We often get phrases like 'brain fatigue' etc where it is difficult to judge what you're supposed to do next.

I often wonder if these guidelines are made by people who have absolutely no personal knowledge of symptomatic hypothyroidism - after all, we - the patients - are not mechanical machines that need some oil 'here or there'. We definitely need T3 in our millions of T3 receptor cells (either converted from levo or by liothyronine or NDT).

I would like to know the cost of 'additional prescriptions' given to try to ease remaining symptoms and of consultations that may not be necessary if we're on hormones that enable us to recover our health.

Lulla
Lulla
in reply to JaneyJaney

yes it's easy to forget that thyroid cancer is classed as one of the less well known ones. However I had heard it was the fastest growing. It's probably just being diagnosed more often.

Being without a thyroid at all, whether due to cancer or graves or any other condition that requires thyrodectomy or ablation makes things more complicated I understand (like we don't necessarily feel hyper if we take a lot of T4? not sure) and of course with thyroid cancer as you say we need to keep TSH suppressed for a number of years. I'm 7 years in and I think it's after 10 years for me, that I will look at reducing the amount of suppression - maybe less if things continue to be ok.

Anyway that's me started my new UK levothyroxine and the chemist has given me tablets of different brands (with slightly different ingredients). Not sure how I'm supposed to work out which is which if any of them don't agree with me.

JaneyJaney
JaneyJaney
in reply to Lulla

Yeah pharmacists don’t get it or care when it comes to brands sadly. I do wonder about thyroid cancer and mobile phones, it’s the cancer most linked to childhood exposure to radiation. Young girls with mobile phones is not good. Someone mention Chernobyl for mine. I definitely think chemicals and plastics is an issue. I thought the plastics thing was left field until there was a proper news story recently saying don’t use plastic cooking utensils over a certain temperature and the chemical disrupt hormones. I’m not sure about more diagnosis on scans, I had an MRI and the growths never even recorded as incidentals! Apparently because they never grow into cancer, but I’m the living proof that isn’t true!

Gcart
Gcart
in reply to JaneyJaney

Hi JJ. Are you saying there was a finding on MRI that wasn’t acting on only to actually be cancer of the thyroid ?

JaneyJaney
JaneyJaney
in reply to Gcart

I asked to have an old MRI looked at again and it showed several growths on my thyroid. I also had hashis it transpired, but they were never written on the report as an incidental despite symptoms. I was never offered a follow up. As it’s a slow growing cancer, I suspect there were cancer cells. When I found a lump myself it was in lymph nodes.

Gcart
Gcart
in reply to JaneyJaney

So u didn’t know you had Hashi ?

How would that show after TT?

SlowDragon
SlowDragonAdministrator

Welcome to the forum

You will see this is an extremely active forum with over 105,000 members

First step is to get FULL thyroid and vitamin testing

After total thyroidectomy on thyroid hormone replacement of any king, still likely to have low vitamin levels

Difficult/impossible to get GP to test Ft3

Presumably your endocrinologist wants TSH kept low ?

For full Thyroid evaluation you need TSH, FT4 and FT3 tested. Also EXTREMELY important to test vitamin D, folate, ferritin and B12

Low vitamin levels are extremely common,

Ask GP to test vitamin levels - ALWAYS get actual results and ranges

Recommended on here that all thyroid blood tests should ideally be done as early as possible in morning and before eating or drinking anything other than water .

Last dose of Levothyroxine 24 hours prior to blood test. (taking delayed dose immediately after blood draw).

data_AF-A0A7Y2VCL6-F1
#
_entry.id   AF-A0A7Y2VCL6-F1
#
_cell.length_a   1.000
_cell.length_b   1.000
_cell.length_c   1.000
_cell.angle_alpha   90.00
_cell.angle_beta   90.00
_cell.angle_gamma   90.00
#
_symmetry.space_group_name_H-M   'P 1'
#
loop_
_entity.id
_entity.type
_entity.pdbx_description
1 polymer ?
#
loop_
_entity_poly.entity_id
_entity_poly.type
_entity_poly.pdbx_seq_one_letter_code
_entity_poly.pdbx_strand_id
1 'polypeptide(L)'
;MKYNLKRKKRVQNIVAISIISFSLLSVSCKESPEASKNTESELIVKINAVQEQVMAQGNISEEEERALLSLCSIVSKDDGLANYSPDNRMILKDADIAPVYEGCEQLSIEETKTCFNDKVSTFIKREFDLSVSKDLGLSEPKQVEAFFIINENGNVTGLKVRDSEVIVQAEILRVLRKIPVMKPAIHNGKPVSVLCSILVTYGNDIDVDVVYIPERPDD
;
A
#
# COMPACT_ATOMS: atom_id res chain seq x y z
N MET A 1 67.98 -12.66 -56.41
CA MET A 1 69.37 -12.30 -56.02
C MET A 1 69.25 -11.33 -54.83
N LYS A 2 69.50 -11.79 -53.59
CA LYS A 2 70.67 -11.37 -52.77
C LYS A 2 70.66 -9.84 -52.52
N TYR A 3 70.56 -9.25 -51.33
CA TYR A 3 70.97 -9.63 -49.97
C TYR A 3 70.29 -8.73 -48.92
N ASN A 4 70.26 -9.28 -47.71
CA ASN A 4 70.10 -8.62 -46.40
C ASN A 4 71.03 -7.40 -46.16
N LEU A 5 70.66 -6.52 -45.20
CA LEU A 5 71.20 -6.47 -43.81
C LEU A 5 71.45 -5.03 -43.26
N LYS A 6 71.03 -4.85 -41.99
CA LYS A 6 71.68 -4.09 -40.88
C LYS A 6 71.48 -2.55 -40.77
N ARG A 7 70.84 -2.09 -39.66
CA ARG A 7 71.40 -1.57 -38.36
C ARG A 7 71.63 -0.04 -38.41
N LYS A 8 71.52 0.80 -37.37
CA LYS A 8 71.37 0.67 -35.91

This gives highest TSH, lowest FT4 and most consistent results. (Patient to patient tip, best not mentioned to GP or phlebotomist)

Is this how you do your tests?

Private tests are available. Thousands on here forced to do this as NHS often refuses to test FT3 or antibodies

thyroiduk.org.uk/tuk/testin...

For thyroid including antibodies and vitamins

Medichecks Thyroid plus ultra vitamin or Blue Horizon Thyroid plus eleven are the most popular choice. DIY finger prick test or option to pay extra for private blood draw. Both companies often have special offers, Medichecks usually have offers on Thursdays, Blue Horizon its more random

If you can get GP to test vitamins and antibodies then cheapest option for just TSH, FT4 and FT3 £29 (via NHS private service )

monitormyhealth.org.uk/thyr...

Lulla
Lulla
in reply to SlowDragon

Sorry just seen. Thank you so much for all the information. Especially for the links for private testing. I think I will definitely definitely need this. Thanks again!!

It's very sad that T3 can be difficult to get prescribed as I'm sure it can help the people who don't do well on T4 alone. At my first appointment in the UK my consultant told me there had been a petition by patients to have T3 prescribed but it was turned down. And that was that.

Of course T3 does not suit everybody, as possibly is the case with NDT, for various reasons and for lots of excuses.

The problem in my view is that doctors just don't have the time, and sometime the experience to follow a patient and adjust meds over time until an idea dose is found.

I would love to try NDT

Lora7again
Lora7again
in reply to Lulla

If you can afford it why don't you order some from abroad? I purchased Thyroid S from Thailand about 2 years ago because my GP refused to give me Levothyroxine because my TSH was in range even though my T4 and T3 were low.

Lulla
Lulla
in reply to Lora7again

Thank you, it’s an idea. I have bought t4 over the counter from overseas for 5 years so I could stay with the same brand. As of today I have switched to NHS levo and will look out for any changes.

Until now, being in the care of a top medical centre I did not feel like deviating from the guidelines. But now that I’m back in the Uk and only getting annual bloodwork as ongoing checks ( a big difference from before) I could pursue different options

Thanks

JaneyJaney
JaneyJaney
in reply to Lulla

Yeah, I’m not sure T3 is for me at all. I blame this on a lack of patient care. Not spending proper time with me when I was on T4, or helping me with T3 dosing sufficiently.

You may also like...